We knew this would happen—that we would come here and spend many an hour, most of them likely fruitless, crisscrossing the city in search of fresh huitlacoche, affirming something ourselves: that after a year trapped in Chicago beneath the wet cloak of mother-disease, each action damped by death—driving, watching television, eating—we still have the ability to revise our priorities, to again shove taste upward, and climb, even if over a mountain of bones, to reclaim it.

And climb we do with protesting stomachs, lean headaches whistling for café con leche, along the shopfronts of Calle de Monte de Piedad—doorless convenience stores peddling magazines, thin-wrappered candies, cans of beer, middle-aged women with suckling infants strapped diagonally to their flanks with green scarves selling woven change-purses and belt buckles on the sidewalks in front.

Soon, the crowd clots like blood, the entire city wounded it seems, and it’s up to us, we melee-ensconced foot travelers, to see, with our body heat alone, that it doesn’t turn septic.

“Why have we stopped moving?” Louisa asks, her voice thick with desperation, all sustenance seeming further and further away now, as supernatural demands are placed upon us walkers to do the sustaining.

I wipe the sweat from my forehead and swear I can hear the stamping of combat boots, a massive collection of angry chants. I’m hungry, thirsty, tired, and panicked; I wish Juan Pérez were here to explain, to smooth the edges of this human blanket and turn everything placid again. I wish the people we loved would never get sick.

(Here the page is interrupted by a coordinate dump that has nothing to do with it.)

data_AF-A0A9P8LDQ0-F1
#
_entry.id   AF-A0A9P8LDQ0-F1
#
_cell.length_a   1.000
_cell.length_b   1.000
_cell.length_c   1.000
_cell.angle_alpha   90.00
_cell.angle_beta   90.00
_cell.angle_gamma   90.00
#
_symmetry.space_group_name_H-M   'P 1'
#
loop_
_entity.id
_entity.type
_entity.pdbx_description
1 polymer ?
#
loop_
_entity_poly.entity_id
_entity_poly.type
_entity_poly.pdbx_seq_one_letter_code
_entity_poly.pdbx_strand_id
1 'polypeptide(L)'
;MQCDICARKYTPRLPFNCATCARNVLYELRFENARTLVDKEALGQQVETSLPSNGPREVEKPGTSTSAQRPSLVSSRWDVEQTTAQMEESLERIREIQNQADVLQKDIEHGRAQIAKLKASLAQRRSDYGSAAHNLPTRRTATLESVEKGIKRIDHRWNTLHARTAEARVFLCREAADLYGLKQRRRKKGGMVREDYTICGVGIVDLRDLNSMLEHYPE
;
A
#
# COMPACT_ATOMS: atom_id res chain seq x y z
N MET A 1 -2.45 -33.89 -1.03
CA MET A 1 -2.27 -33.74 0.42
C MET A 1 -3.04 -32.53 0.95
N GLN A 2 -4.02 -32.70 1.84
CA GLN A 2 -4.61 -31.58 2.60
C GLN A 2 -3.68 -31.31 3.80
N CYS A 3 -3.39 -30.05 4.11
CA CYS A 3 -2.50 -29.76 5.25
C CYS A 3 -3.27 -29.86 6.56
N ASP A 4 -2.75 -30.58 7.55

The crowd pushes together and soon, we’re in the middle of a street protest, bulldozed forward and to the right. I reach for Louisa’s hand before we can get separated and wonder if those feeding infants can make it through this, still cling fast to the breast. She catches my thumb and uses it to scale my arm. The line of people leading the protest pushes through in the street, carrying signs painted onto bedsheets, words that I can not read. They shout into their megaphones, and the following mob repeats their credo in deafening unison. Banners are tossed into the air, along with bottles and water balloons.

All side streets pour into this one, everyone interrupting their day to see what’s happening. Pedestrians—single, couple, family—stop along the sidewalks and curbs to watch. A father hoists his daughter onto his shoulders so she can see the throng simultaneously hoisting their fists into the air as if striking some invisible overhead drum. People stop and take their breakfasts standing up against the shopfronts, arrested, a multitude of tacos, enchiladas, tamales, held aloft, stopped short on the way from hand to mouth. The tiny women on the street corners freeze in front of their hot comals, their fresh rounds of masa dough only half-pressed into tortillas.

The call-and-response continues in rhythm, some of the marchers bearing angry faces, some excited smiles. And in between such extremes, the breaking of glass, and popping of balloon rubber, urgency and innocence commingle and take Louisa and me into their embrace. Our hearts are boiling and our mouths are confused—Scream? Smile?

What they don’t do, is chew, sip, kiss. But they will again, and will again soon. Yes: this is a place of gravity, gratitude, affirmation, humor, and faith. Faith that food will again fill us, coffee will keep us from sleeping on our feet. We will live today to change our socks, ascend the Rioja stairwell, this time as if from the penetralia of the earth.